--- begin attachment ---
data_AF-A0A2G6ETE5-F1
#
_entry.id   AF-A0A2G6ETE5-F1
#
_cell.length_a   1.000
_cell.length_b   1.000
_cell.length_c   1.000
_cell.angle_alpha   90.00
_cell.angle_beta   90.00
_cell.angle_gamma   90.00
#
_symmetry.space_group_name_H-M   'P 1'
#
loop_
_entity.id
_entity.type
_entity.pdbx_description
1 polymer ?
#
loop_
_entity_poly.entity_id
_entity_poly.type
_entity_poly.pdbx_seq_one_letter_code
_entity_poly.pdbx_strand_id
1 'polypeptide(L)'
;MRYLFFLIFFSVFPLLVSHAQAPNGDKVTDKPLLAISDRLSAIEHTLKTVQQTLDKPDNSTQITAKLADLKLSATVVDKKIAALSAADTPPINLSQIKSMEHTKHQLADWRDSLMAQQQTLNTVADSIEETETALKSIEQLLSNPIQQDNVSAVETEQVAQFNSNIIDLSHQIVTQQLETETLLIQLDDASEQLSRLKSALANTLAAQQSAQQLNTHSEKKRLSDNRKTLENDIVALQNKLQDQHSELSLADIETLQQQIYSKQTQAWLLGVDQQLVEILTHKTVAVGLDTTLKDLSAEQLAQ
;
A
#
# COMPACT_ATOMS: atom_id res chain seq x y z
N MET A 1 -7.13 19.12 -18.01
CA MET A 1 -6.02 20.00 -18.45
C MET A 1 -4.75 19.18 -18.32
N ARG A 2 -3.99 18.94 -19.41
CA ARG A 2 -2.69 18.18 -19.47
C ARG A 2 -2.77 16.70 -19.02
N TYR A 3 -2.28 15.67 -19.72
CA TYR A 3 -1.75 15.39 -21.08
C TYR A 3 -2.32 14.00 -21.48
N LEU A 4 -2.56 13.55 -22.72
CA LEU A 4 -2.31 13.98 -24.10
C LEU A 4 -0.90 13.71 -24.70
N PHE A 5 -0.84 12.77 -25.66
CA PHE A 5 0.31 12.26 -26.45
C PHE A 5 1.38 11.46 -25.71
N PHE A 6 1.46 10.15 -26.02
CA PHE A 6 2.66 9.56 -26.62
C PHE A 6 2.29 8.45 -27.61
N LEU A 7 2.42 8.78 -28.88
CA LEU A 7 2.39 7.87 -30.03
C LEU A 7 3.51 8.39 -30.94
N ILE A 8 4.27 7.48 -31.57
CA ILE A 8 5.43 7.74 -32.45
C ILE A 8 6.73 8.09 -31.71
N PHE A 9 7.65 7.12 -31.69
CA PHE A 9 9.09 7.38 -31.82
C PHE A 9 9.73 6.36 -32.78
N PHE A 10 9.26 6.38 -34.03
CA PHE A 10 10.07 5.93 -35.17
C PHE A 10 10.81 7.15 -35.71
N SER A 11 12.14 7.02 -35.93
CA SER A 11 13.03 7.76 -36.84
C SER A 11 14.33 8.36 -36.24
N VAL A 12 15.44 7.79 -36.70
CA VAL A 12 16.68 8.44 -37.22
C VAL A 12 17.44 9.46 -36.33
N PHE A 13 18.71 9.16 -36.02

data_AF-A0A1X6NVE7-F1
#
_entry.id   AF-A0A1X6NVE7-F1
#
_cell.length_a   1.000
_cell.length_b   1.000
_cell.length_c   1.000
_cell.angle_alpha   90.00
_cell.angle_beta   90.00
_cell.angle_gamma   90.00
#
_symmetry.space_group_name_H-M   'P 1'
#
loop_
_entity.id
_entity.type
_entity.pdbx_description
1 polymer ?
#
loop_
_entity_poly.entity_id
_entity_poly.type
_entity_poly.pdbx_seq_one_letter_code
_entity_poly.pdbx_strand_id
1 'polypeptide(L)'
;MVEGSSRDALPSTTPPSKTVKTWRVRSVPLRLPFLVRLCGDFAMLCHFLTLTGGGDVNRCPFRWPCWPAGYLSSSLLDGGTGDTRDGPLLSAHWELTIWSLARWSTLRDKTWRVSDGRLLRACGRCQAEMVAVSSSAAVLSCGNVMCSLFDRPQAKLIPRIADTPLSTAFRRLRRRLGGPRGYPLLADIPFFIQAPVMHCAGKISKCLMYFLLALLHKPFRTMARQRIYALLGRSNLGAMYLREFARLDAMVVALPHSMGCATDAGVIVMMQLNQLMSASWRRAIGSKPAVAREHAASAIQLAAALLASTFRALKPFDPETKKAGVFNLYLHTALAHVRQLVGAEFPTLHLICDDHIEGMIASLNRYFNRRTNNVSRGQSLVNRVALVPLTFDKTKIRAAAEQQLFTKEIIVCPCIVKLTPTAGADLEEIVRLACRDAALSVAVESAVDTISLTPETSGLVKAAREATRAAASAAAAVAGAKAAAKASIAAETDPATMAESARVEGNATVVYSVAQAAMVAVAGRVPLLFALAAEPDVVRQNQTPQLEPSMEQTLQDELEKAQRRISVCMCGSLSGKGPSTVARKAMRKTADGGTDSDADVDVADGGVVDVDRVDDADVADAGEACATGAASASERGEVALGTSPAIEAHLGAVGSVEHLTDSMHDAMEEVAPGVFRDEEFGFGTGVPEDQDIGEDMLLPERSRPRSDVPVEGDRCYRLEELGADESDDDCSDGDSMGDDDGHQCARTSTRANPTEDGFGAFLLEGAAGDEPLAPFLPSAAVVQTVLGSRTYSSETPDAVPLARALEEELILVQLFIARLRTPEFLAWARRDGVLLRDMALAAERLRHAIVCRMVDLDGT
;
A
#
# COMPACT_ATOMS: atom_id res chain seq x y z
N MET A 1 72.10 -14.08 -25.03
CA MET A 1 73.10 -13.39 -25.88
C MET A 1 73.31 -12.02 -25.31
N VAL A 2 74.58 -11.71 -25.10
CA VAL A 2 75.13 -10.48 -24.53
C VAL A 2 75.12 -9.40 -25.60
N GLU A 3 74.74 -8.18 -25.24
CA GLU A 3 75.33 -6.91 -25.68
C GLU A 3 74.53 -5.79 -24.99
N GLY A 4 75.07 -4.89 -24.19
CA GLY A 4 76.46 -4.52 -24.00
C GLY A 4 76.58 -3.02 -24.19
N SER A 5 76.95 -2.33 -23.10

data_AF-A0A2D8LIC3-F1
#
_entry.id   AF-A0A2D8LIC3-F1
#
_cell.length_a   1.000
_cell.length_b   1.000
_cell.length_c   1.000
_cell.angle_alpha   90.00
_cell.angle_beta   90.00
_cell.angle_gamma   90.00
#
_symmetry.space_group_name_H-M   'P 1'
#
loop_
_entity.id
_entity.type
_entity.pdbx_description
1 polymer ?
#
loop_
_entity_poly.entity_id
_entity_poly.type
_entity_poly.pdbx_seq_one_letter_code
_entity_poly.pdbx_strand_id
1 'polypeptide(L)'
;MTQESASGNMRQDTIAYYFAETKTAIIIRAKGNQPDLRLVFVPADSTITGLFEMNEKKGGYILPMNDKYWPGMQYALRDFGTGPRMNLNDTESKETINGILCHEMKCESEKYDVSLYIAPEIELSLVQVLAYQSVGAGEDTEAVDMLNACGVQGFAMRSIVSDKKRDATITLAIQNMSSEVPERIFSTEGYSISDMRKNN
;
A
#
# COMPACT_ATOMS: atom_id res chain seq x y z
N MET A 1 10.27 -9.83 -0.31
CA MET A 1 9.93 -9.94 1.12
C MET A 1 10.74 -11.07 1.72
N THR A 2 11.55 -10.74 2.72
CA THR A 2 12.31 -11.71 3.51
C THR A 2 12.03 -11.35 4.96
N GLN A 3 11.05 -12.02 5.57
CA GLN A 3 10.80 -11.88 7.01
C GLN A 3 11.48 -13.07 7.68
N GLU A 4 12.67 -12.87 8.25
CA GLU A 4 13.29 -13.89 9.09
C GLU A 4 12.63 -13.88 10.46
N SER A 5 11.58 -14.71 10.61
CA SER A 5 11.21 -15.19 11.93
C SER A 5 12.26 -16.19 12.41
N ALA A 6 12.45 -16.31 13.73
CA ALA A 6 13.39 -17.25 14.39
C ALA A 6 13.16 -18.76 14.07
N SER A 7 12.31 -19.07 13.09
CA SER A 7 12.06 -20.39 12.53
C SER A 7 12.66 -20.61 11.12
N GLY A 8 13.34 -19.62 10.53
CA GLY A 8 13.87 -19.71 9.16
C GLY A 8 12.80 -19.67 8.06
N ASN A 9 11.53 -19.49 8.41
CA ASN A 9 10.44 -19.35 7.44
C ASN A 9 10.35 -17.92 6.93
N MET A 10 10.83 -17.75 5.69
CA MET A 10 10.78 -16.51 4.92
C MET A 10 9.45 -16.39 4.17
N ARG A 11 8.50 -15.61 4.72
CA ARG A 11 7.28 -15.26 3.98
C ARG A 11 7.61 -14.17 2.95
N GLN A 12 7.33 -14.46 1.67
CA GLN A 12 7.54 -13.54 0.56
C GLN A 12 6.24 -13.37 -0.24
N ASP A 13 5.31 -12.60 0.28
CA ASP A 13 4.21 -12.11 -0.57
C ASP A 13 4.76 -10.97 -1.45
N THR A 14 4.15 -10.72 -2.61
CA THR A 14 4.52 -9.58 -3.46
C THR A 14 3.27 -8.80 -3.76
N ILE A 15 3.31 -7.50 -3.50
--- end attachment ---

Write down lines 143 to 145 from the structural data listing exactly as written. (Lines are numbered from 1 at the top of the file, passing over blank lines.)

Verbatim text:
C MET A 1 10.74 -11.07 1.72
N THR A 2 11.55 -10.74 2.72
CA THR A 2 12.31 -11.71 3.51